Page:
NDP prepares to set leadership rules
New Democrats will gather in Ottawa Friday to set the terms for their party’s leadership race and potential candidates are eager to learn the rules.
A number of NDP MPs, and the party’s president, have expressed interest in the job but have said they are waiting to hear the rules before making a final decision.
The party’s federal council is the body that will decide the conditions for the race to replace Jack Layton as leader. Layton, who led the NDP to Official Opposition status in the May 2 election, died of cancer on Aug. 22. Olivia Chow, Layton's wife and also a New Democrat MP, has said she will not run for leader.
Quebec MP Nycole Turmel is the interim leader and will be participating in Friday’s meeting. She is expected to give some opening remarks before the deliberations get underway. Members of the federal council who will not be attending include the NDP’s president Brian Topp and MP Peter Julian. Both have recused themselves from the meeting because they are considering standing as candidates and it would be a conflict for them to help shape the race’s rules.
In addition to Julian, the other MP representatives on the council are Niki Ashton and Claude Gravelle. The council is made up of about 100 people and has positions on it for labour groups, youth, minorities, and regional representatives.
Among the issues to be decided by the federal council are the entry fee for the contest, its length, spending limits for campaigns, and the group can also impose any new additional conditions. A date and location for the leadership convention haven’t been decided yet and could largely be determined by venue availability. Facilities are often booked for conventions more than a year in advance and the NDP could struggle to find a venue in a preferred location in the next few months.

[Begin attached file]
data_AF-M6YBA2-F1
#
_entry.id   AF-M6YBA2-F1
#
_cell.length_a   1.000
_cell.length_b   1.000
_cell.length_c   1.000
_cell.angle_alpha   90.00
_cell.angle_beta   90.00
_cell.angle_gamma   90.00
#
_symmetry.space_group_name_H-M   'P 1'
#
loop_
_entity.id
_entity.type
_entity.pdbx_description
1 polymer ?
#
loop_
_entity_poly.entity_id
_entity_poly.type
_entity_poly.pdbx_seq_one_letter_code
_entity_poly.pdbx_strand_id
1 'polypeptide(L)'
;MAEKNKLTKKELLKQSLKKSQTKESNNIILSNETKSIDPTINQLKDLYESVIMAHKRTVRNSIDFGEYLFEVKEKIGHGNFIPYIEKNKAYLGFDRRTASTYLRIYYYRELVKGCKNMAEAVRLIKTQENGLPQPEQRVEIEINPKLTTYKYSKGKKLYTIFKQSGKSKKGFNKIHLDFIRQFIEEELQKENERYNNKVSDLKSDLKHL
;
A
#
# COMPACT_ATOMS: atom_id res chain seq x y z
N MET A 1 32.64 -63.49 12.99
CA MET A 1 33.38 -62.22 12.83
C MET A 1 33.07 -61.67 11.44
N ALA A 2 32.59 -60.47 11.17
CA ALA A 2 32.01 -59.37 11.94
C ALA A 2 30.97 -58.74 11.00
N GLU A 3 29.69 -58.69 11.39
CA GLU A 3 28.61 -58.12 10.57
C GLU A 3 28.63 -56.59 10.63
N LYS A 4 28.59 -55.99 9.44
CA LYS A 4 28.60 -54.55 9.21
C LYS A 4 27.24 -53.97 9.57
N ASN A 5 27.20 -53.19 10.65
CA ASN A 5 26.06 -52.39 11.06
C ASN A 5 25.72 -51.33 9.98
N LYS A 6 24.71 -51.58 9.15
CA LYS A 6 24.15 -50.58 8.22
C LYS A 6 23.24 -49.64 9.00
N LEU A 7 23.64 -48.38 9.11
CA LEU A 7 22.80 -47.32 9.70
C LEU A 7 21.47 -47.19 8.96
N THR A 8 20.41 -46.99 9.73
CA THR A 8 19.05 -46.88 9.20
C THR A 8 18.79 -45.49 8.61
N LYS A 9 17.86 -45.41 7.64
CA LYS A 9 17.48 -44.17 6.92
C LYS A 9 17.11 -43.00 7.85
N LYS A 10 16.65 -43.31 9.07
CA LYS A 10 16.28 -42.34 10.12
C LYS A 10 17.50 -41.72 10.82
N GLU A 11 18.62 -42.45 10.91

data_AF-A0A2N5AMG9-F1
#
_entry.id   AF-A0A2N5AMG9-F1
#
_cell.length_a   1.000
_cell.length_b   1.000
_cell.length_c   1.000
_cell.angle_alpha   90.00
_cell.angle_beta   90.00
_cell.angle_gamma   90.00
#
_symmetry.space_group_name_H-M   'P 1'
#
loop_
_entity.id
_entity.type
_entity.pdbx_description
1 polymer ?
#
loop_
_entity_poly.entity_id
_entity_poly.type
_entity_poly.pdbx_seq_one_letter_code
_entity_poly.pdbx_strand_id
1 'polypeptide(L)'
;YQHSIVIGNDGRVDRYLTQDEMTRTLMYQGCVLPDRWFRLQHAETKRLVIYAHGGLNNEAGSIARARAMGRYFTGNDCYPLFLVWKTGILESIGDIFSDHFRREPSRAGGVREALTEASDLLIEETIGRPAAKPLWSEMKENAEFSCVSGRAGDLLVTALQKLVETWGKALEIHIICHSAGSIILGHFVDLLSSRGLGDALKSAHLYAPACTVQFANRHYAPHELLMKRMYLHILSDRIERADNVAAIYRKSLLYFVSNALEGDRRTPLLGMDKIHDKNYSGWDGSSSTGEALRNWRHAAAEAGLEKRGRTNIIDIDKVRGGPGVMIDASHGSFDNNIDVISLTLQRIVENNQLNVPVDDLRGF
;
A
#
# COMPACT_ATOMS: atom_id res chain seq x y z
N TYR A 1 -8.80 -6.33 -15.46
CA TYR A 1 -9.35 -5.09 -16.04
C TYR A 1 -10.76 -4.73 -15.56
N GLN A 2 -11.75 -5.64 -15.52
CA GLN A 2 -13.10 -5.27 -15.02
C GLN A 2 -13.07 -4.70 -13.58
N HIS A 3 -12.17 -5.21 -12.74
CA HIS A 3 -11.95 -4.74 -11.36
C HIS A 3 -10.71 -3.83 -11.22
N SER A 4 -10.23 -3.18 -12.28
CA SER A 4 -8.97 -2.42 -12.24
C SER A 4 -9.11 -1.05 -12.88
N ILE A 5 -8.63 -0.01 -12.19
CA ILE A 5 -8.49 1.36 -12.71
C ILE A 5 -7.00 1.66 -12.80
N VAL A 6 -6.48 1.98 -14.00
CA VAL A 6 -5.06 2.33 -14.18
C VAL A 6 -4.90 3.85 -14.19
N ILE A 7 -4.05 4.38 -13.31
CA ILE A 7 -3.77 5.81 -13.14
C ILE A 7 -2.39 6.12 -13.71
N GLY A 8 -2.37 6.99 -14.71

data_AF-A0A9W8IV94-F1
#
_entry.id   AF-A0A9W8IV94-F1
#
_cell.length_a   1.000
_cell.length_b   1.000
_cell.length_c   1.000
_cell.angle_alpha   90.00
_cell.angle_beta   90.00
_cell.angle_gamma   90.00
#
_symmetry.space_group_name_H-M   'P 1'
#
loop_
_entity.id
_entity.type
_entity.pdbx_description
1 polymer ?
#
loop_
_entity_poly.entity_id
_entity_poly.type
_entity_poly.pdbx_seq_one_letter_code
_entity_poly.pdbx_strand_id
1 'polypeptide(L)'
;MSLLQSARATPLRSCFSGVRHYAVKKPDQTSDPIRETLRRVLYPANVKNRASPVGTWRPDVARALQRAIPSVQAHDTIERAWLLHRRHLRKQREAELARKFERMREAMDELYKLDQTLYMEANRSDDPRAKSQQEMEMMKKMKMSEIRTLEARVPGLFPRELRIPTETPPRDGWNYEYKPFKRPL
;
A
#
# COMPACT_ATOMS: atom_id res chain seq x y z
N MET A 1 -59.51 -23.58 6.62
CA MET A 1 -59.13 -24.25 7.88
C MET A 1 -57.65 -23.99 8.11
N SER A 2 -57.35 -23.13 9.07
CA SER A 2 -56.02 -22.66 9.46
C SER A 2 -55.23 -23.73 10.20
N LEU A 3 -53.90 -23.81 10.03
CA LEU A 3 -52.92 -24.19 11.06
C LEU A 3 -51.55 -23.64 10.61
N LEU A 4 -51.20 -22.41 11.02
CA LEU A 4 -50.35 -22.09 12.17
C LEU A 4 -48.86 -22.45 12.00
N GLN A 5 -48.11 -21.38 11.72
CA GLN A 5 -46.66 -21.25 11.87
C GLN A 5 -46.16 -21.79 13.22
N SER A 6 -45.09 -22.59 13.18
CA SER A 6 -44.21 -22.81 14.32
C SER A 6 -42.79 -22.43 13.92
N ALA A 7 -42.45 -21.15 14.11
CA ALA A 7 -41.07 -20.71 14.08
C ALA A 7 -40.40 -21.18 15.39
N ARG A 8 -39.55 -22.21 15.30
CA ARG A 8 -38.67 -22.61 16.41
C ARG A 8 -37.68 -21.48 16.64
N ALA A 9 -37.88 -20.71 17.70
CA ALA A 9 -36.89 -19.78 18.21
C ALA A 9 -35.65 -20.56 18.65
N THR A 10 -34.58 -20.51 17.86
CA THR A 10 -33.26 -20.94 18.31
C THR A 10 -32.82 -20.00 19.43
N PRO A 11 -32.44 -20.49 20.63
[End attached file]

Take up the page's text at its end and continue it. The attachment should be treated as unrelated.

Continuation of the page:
Layton wrote in a public letter released after he died that he wanted the leadership selection to happen as early as possible in 2012. Some potential candidates, including NDP Deputy Leader Thomas Mulcair, don't want the contest length to be too short because they need time to sell new memberships in the party to boost their support.
Quebec, where Mulcair is from, has particularly low membership levels in the party even though that province elected 59 MPs on May 2, up from just one, and was largely responsible for the NDP replacing the Liberals as Official Opposition.
One member, one vote?
There has been confusion over whether the NDP allows for union votes to carry more weight in a leadership contest. In 2003, "affiliated members" of the party got a full 25 per cent of total votes cast, but the clause allowing that wasn't in the new constitution, which was passed in 2009.
Turmel says the party now uses a one member, one vote system.
"In 2006, the convention changed the NDP constitution," she said. "If the NDP want to change that formula once again, they'll have to go back to the next convention to do so."
"The constitution is clear: it's one member, one vote," Turmel added.